COVID-19 Op-ed

Discrimination and social stigma perturbing frontliners and COVID-19 patients in the Philippines

Written by admin

Gianna Francesca M.
Catolico
Gianna completed her Master’s degree in Human
Rights and Democratization at Mahidol University and is the incumbent
treasurer of the Asia-Pacific Master’s Program Alumni Association. She
currently works for Initiatives for Dialogue and Empowerment through
Alternative Legal Services (IDEALS Inc.), a Manila-based
NGO.

Try envisioning yourself as a front liner—perhaps a security
guard, a grocery cashier, a health worker, a garbage collector, or a police
officer at the time of the COVID-19 pandemic in the Philippines. Exhausted
after a ten-hour shift with no hazard pay, trekking for several kilometers
from the drop-off point of your shuttle bus, and yet you are evicted from
your boarding house of fears that you contacted COVID-19.You tune in to the
news or skim through your Facebook newsfeed and see tales of neglect and discrimination
against your fellow health workers and those who succumbed to the virus.
Discriminatory acts, such as impetuous expulsion from their rented flats or
dormitories, cyberbullying, doxing, barring from establishments, denying
entry to their barangay (village) or homes, refusal from
receiving relief goods, and even sneering from villagers and authorities, has
been the prevalent and ‘infectious’ disease burdening patients, front liners,
and distressed migrants from infected countries.Freedom from discrimination,
as stipulated in the Universal Declaration of Human Rights and echoed in the
1987 Constitution, states that all individuals are entitled to human rights
“regardless of gender, race, ethnicity, sexual orientation, political
beliefs, and any other status.” Anti-discriminatory provisions of statutory
laws, including Article 9 of the Magna Carta for Public Health Workers, are in
effect and not suspended even if the country enshrouds in a state of
emergency.Cases of discrimination are piling up. A young utility worker at a
hospital was ganged up by five men and doused with bleach in Sultan Kudarat
province (Dayupay, 2020). He suffered eye trauma and is at risk of permanent
blindness. A few days later, a 51-year-old ambulance driver in Quezon
province was injured after one civilian fired his gun and accused him of
transporting patients positive of COVID-19 (Bajo, 2020). During that time, he
was simply ferrying health workers to work. As a result, the driver, also a
breadwinner, suffers from hand disarticulation (ABS-CBN News, 2020). Back in
Manila, a supermarket security guard lost both her rented apartment and her
job after a thermal scan showed her temperature was more than 36 degrees
Celsius (Ornedo, 2020). She went to a hospital and later found out that the
thermal scanner displayed inaccurate information. Before she defended
herself, her employer and homeowner sacked her without any due compensation.Some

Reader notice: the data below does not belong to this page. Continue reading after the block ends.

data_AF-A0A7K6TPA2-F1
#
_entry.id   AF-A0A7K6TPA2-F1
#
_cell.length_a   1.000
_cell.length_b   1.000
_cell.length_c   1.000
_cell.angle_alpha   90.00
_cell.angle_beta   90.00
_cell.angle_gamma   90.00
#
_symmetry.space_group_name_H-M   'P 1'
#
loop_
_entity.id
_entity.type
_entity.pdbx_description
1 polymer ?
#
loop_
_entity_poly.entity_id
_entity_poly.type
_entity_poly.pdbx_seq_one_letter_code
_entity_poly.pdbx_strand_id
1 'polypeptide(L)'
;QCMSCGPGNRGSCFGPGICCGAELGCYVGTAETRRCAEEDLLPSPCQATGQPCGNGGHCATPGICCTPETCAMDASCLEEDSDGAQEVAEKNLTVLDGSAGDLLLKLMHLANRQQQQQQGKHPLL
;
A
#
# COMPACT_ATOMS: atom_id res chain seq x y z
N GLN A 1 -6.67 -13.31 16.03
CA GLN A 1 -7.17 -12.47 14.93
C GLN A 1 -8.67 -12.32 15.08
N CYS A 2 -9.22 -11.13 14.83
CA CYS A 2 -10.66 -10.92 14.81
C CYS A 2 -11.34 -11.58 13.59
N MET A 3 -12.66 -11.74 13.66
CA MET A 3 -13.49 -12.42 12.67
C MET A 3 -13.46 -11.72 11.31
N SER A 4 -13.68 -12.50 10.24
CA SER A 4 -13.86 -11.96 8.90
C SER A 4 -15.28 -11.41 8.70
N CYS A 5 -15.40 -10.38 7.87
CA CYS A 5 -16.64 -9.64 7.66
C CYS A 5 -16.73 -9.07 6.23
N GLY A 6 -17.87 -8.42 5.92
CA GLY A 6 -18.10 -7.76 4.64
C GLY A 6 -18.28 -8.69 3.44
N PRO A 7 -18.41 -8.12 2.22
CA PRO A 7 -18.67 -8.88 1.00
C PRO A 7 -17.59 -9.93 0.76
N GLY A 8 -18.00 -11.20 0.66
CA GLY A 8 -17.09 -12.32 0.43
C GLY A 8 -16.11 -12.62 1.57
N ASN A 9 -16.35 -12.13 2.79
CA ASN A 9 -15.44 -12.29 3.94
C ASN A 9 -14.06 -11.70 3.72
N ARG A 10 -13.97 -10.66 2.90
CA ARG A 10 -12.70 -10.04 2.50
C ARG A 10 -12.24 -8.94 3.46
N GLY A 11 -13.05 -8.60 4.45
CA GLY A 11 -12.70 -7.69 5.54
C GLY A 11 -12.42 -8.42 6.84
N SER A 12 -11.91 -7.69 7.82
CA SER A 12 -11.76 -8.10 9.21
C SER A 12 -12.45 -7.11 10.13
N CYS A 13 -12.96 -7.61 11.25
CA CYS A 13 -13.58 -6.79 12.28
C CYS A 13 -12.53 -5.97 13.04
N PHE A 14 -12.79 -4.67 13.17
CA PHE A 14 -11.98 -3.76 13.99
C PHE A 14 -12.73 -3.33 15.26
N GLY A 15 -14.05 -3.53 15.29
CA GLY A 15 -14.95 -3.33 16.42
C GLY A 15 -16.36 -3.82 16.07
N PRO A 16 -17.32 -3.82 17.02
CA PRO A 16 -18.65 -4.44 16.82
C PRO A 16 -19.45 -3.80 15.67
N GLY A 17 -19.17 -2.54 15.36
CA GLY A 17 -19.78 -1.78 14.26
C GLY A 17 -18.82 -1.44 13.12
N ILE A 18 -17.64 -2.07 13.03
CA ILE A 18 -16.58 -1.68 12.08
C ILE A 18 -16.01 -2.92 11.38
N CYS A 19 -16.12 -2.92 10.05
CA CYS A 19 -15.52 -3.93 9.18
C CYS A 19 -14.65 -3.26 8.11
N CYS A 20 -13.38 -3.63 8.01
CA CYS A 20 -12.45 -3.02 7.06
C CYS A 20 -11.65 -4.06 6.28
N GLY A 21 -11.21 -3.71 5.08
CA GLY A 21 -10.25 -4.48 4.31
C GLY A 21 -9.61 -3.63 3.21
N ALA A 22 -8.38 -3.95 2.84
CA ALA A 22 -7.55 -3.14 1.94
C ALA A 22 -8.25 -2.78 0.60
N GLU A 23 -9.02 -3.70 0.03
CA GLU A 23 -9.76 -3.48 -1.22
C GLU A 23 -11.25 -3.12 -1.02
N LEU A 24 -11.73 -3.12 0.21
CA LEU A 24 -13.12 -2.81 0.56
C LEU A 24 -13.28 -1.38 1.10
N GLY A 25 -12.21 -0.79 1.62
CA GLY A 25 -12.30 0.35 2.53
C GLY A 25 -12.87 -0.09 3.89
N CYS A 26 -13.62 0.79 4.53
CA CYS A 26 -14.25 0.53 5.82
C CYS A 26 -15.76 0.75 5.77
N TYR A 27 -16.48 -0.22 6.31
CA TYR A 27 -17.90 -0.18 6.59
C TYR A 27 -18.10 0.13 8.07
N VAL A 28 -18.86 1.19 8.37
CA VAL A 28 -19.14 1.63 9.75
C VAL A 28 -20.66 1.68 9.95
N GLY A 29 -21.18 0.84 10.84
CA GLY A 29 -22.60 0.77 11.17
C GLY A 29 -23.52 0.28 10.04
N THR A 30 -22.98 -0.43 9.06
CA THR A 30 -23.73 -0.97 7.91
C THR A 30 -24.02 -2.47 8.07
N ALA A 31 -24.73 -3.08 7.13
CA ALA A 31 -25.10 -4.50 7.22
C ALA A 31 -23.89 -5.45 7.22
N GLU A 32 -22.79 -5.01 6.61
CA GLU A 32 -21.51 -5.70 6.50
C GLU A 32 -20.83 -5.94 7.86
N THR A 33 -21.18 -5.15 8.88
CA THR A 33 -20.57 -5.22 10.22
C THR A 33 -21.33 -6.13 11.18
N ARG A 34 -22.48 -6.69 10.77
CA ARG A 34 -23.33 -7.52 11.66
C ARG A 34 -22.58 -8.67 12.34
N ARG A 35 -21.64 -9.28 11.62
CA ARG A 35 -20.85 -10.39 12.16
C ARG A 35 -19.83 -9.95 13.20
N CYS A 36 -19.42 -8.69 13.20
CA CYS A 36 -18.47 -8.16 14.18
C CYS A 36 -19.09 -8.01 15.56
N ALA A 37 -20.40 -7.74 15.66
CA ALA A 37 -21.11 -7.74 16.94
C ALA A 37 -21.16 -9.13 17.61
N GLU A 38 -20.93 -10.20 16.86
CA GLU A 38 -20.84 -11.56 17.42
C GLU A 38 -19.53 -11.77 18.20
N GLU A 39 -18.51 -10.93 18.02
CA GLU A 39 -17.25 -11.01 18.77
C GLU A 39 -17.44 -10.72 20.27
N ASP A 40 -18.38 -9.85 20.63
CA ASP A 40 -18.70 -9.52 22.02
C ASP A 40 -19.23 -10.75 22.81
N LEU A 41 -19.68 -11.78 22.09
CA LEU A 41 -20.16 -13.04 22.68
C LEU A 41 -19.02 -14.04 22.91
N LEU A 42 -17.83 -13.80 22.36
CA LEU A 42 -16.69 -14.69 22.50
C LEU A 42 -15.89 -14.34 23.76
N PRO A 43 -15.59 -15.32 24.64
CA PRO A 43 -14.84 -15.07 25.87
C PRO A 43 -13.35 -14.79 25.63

COVID-19 patients and their kin are prone to violence caused by social
stigma. In Iloilo City, neighbors cast stones at a house of a family whose
patriarch died due to the virus. (Yap, 2020). The four infected family
members are embroiled in a hapless ‘new reality’ of neighbors turning their
backs and shunning them.These horrific incidents exponentially multiply along
with confirmed COVID-19 cases. Despite a wave of public support and donations
such as food, face masks, Personal Protective Equipment, synchronized songs
boosting their morale, and the star-studded “thank yous,” health workers and
other front liners need social protection and redress during these trying
times. Social stigma and discrimination shackling their welfare can go even
after the final COVID-19 patient in the country discharges from the
hospital.The Philippine government needs to iron out urgent measures to
protect the rights of frontliners and patients. As of this writing, Metro
Manila mayors passed a resolution urging local government units to penalize
those discriminating front liners, distressed Filipino migrants from COVID-19
affected countries, and patients (MMDA, 2020). On the other hand, the public
must show benevolence and observe precautionary measures without infringing
on others’ freedoms.Once the country’s bout with COVID-19 and stringent
quarantine protocols are over, are we still going to value the sacrifices of
health workers who strenuously mitigated the spread of the virus, or the
minimum wage earners and other front liners who risked their health to serve
the more fortunate Filipinos?References:Bajo,
A.F. (2020, April 3).
Nagpaputok ng baril sa ambulance driver sa Quezon, naaresto at kinasuhan
na
. GMA News.Dayupay, J. (2020, March 28).
Healthcare
worker, sinabuyan ng bleach.
ABS-CBN
News.
MMDA, MMC Approve Resolutions on
Social Amelioration Packages (SAP)
Distribution and
Discrimination Against COVID-19 Patients, Frontliners
(2020, April
7). Metro Manila Development Authority. Retrieved April 8, 2020,
from https://mmda.gov.ph/72-news/news-2020/4270-april-7-2020-mmda-mmc-approve-resolutions-on-social-amelioration-packages-sap.htmlOrnedo,
J.M. (2020, 6 April). Guard
kicked out of apartment, loses job to fever amid COVID-19 fears
.
GMA Network.Private hospitals’ group condemns
shooting of COVID-19 frontliner in Quezon.
(2020, April 3).
ABS-CBN News. Retrieved April 8, 2020, from
https://news.abs-cbn.com/news/04/03/20/private-hospitals-group-condemns-shooting-of-covid-19-frontliner-in-quezon
UN General
Assembly (10 December 1948)
. Universal Declaration of
Human Rights
.Yap, T. (2020, 5 April) Stoning
of residence of family being ravaged by COVID-19 condemned
.
Manila Bulletin. _________________________________ Section 9 of
the law states that,A public worker shall not
be discriminated against with regard to gender, civil status, civil status,
creed, religious or political beliefs and ethnic groupings in the exercise of
his/her profession.”

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